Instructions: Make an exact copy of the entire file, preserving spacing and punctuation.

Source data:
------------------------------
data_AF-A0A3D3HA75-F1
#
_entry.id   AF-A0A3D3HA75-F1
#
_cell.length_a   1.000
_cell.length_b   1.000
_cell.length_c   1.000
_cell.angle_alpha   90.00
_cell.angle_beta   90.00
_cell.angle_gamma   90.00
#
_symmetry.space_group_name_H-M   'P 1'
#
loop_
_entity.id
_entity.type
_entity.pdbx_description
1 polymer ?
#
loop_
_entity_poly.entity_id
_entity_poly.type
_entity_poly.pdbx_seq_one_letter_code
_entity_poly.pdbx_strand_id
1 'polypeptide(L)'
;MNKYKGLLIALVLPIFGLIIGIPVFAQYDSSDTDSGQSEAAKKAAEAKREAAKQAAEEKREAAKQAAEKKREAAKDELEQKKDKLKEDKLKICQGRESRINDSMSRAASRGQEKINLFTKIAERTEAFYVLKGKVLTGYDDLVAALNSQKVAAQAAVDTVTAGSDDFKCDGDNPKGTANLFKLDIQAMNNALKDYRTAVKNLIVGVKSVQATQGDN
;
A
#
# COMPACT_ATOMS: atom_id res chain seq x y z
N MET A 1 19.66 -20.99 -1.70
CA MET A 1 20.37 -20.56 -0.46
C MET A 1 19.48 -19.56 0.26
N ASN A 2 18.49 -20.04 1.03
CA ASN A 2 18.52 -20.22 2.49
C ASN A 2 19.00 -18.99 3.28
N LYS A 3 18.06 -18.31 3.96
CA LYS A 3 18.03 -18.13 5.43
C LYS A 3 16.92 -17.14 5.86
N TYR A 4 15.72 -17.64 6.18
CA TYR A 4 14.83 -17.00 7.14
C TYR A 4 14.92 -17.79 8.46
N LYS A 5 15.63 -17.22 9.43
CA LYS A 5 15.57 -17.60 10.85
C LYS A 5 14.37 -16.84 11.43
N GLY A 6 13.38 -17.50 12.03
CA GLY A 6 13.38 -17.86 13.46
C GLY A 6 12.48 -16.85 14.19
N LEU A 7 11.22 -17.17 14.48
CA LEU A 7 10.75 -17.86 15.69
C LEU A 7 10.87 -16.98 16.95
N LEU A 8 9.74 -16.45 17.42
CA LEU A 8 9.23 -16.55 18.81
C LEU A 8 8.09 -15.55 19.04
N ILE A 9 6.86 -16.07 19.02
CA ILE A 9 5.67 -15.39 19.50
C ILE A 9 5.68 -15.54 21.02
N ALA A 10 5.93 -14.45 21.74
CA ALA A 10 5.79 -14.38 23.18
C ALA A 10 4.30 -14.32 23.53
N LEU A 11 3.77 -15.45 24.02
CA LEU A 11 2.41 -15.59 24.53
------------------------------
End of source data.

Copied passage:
data_AF-A0A3D3HA75-F1
#
_entry.id   AF-A0A3D3HA75-F1
#
_cell.length_a   1.000
_cell.length_b   1.000
_cell.length_c   1.000
_cell.angle_alpha   90.00
_cell.angle_beta   90.00
_cell.angle_gamma   90.00
#
_symmetry.space_group_name_H-M   'P 1'
#
loop_
_entity.id
_entity.type
_entity.pdbx_description
1 polymer ?
#
loop_
_entity_poly.entity_id
_entity_poly.type
_entity_poly.pdbx_seq_one_letter_code
_entity_poly.pdbx_strand_id
1 'polypeptide(L)'
;MNKYKGLLIALVLPIFGLIIGIPVFAQYDSSDTDSGQSEAAKKAAEAKREAAKQAAEEKREAAKQAAEKKREAAKDELEQKKDKLKEDKLKICQGRESRINDSMSRAASRGQEKINLFTKIAERTEAFYVLKGKVLTGYDDLVAALNSQKVAAQAAVDTVTAGSDDFKCDGDNPKGTANLFKLDIQAMNNALKDYRTAVKNLIVGVKSVQATQGDN
;
A
#
# COMPACT_ATOMS: atom_id res chain seq x y z
N MET A 1 19.66 -20.99 -1.70
CA MET A 1 20.37 -20.56 -0.46
C MET A 1 19.48 -19.56 0.26
N ASN A 2 18.49 -20.04 1.03
CA ASN A 2 18.52 -20.22 2.49
C ASN A 2 19.00 -18.99 3.28
N LYS A 3 18.06 -18.31 3.96
CA LYS A 3 18.03 -18.13 5.43
C LYS A 3 16.92 -17.14 5.86
N TYR A 4 15.72 -17.64 6.18
CA TYR A 4 14.83 -17.00 7.14
C TYR A 4 14.92 -17.79 8.46
N LYS A 5 15.63 -17.22 9.43
CA LYS A 5 15.57 -17.60 10.85
C LYS A 5 14.37 -16.84 11.43
N GLY A 6 13.38 -17.50 12.03
CA GLY A 6 13.38 -17.86 13.46
C GLY A 6 12.48 -16.85 14.19
N LEU A 7 11.22 -17.17 14.48
CA LEU A 7 10.75 -17.86 15.69
C LEU A 7 10.87 -16.98 16.95
N LEU A 8 9.74 -16.45 17.42
CA LEU A 8 9.23 -16.55 18.81
C LEU A 8 8.09 -15.55 19.04
N ILE A 9 6.86 -16.07 19.02
CA ILE A 9 5.67 -15.39 19.50
C ILE A 9 5.68 -15.54 21.02
N ALA A 10 5.93 -14.45 21.74
CA ALA A 10 5.79 -14.38 23.18
C ALA A 10 4.30 -14.32 23.53
N LEU A 11 3.77 -15.45 24.02
CA LEU A 11 2.41 -15.59 24.53